As we discussed earlier, Sri Ramana often used simple words in a figurative sense, and his use of the verb tedutal is a clear example of this. Therefore whenever he uses this verb tedutal in the context of self-investigation we should understand that he is not using it literally to mean that we should seek some object that we do not already know, but is only using it figuratively to mean that we should ‘seek’ the perfect clarity of true non-dual self-knowledge by keenly scrutinising our own ever self-conscious essence, ‘I am’.

Other words that he used to describe this extremely simple practice of self-investigation include the Tamil nouns araycchi and usa, which both mean a close and subtle investigation or scrutiny, their verbal forms araytal and usavutal, which mean investigating, examining or scrutinising keenly, the Tamil term summa iruppadu, which means ‘just being’, the Sanskrit term atma-nishtha, which means self-abidance or being firmly established as our own real self, atma-chintana, which means self-contemplation or ‘thinking of self’, svarupa-dhyana, which means self-meditation or self-attentiveness, svarupa-smarana, which means self-remembrance, ahamukham, which means facing ‘I’, looking towards ‘I’ or attending to ‘I’, and atma-anusandhana, which in Sanskrit means self-investigation or close inspection of ourself, and which in Tamil is also used in the sense of self-contemplation. These and other words that he used all denote the same simple practice of focusing our entire attention upon ourself, that is, upon our essential self-conscious being, our fundamental consciousness ‘I am’, in order to know who or what we really are.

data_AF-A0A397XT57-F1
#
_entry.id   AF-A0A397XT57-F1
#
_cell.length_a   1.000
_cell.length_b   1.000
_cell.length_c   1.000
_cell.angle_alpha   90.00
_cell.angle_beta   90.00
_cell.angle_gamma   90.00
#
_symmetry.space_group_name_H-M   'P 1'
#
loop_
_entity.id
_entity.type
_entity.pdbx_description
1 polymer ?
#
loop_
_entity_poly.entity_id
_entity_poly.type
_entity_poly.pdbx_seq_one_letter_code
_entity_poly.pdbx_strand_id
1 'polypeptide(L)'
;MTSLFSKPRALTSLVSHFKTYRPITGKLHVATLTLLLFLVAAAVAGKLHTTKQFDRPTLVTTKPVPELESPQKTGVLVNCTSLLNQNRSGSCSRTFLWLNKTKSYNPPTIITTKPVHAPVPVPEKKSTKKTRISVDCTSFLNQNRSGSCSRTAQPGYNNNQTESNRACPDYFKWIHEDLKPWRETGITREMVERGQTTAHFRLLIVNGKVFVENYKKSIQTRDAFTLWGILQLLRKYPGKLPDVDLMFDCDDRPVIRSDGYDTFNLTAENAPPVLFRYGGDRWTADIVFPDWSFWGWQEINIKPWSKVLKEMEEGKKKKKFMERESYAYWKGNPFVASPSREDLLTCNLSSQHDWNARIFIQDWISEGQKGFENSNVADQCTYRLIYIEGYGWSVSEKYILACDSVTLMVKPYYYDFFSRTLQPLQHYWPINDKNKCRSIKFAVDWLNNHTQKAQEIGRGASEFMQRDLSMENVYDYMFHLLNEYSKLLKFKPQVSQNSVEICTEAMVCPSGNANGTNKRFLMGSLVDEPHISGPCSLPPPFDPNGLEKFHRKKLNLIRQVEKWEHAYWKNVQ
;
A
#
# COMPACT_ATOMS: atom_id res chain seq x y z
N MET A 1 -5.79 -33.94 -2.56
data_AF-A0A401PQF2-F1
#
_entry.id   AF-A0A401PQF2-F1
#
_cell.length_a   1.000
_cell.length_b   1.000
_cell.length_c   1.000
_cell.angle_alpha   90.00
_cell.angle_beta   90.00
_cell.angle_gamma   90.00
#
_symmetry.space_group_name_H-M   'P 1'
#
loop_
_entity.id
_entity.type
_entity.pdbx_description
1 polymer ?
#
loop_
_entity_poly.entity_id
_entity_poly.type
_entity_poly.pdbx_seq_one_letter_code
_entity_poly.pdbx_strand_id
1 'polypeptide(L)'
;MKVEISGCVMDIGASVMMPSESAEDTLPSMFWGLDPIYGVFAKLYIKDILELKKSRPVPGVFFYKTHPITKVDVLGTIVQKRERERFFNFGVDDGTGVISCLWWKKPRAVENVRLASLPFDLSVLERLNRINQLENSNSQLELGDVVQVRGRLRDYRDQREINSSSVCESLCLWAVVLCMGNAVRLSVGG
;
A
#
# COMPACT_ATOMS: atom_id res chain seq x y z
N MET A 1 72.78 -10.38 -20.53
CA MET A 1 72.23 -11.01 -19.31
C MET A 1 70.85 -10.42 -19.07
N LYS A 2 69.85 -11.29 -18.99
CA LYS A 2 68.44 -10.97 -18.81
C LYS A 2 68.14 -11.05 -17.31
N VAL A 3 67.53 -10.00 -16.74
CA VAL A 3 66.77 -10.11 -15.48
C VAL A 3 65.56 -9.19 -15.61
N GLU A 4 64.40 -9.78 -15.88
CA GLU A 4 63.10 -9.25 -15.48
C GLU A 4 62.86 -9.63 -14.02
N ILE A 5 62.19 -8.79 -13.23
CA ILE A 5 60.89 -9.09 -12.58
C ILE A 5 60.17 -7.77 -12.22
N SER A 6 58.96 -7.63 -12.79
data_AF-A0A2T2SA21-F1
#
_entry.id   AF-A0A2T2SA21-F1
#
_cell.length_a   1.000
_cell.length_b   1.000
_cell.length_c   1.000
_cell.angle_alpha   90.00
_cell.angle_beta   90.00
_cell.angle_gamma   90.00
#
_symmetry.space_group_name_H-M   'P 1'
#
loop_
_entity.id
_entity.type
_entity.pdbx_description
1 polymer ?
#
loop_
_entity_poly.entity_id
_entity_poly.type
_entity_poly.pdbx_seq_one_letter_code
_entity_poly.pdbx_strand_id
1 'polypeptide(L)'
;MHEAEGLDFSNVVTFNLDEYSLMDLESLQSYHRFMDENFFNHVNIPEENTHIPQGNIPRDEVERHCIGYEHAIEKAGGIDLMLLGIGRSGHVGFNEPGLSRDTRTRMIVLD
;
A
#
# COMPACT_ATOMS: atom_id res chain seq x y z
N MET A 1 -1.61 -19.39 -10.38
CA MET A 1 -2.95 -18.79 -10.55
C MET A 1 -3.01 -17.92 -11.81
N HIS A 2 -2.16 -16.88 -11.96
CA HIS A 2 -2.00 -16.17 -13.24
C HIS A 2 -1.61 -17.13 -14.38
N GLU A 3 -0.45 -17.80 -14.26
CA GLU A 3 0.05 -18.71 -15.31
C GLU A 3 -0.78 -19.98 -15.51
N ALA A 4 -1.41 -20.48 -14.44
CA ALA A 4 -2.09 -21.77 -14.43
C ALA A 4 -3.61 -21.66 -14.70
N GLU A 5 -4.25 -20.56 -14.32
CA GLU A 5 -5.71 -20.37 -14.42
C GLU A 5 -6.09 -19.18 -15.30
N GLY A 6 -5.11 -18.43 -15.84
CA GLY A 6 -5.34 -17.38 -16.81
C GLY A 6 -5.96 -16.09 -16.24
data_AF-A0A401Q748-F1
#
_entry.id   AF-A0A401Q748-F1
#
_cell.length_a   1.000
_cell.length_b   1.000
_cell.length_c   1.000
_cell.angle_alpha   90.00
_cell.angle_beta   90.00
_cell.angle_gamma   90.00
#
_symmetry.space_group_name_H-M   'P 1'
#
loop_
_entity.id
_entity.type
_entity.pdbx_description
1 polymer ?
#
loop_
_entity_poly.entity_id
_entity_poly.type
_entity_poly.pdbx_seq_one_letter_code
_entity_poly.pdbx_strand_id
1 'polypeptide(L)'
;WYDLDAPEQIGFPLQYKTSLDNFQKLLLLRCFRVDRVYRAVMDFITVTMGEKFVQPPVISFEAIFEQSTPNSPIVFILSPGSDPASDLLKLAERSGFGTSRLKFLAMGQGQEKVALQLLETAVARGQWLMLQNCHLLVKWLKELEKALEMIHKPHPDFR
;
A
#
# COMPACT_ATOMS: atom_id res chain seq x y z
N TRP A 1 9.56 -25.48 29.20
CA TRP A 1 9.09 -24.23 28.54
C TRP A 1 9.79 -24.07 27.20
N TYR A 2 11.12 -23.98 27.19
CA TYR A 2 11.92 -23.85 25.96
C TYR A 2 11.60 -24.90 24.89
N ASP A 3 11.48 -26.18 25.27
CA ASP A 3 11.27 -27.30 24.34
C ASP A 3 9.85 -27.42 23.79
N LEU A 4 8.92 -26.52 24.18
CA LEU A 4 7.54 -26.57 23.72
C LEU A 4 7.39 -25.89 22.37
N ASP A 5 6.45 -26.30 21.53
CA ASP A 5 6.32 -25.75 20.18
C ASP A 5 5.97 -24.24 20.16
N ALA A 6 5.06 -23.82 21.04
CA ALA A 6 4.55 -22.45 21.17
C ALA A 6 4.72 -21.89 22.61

The practice of atma-vichara or self-investigation is therefore just a calm and peaceful focusing of our entire attention upon the innermost core of our being, and hence it is the same practice that in other mystical traditions is known as contemplation or recollection — recollection, that is, not so much in the sense of remembering, as in the sense of re-collecting or gathering back our scattered attention from all other things by withdrawing it into its natural centre and source, which is our own innermost being — our true and essential self-conscious being, ‘I am’.

Whereas attending to anything other than ourself is an activity, a movement or directing of our attention away from ourself towards something else, attending to ourself is not an activity or movement, but is a motionless retention of our attention within ourself. Since we ourself are consciousness or attention, keeping our attention centred upon ourself is allowing it to rest in its natural abode. Self-attention is thus a state of just being, and not doing anything. It is consequently a state of perfect repose, serenity, stillness, calm and peace, and as such one of supreme and unqualified happiness.

Because the practice of self-investigation is thus a state of just being, a state in which our attention does not do anything but simply remains as it really is — as the perfect clarity of our natural non-dual self-consciousness — rather than describing self-investigation as ‘self-attention’ we could more accurately describe it as ‘self-attentiveness’. That is, it is truly not a state of actively attending or ‘paying’ attention to ourself, but is instead a state of just being passively attentive or conscious of our own essential being.

Since we are in reality nothing other than absolutely and eternally clear self-conscious being, when we practise this art of just being self-attentive or self-conscious, we are merely practising being ourself — being our real self, being what we really are, or as Sri Ramana often used to describe it, simply being as we are.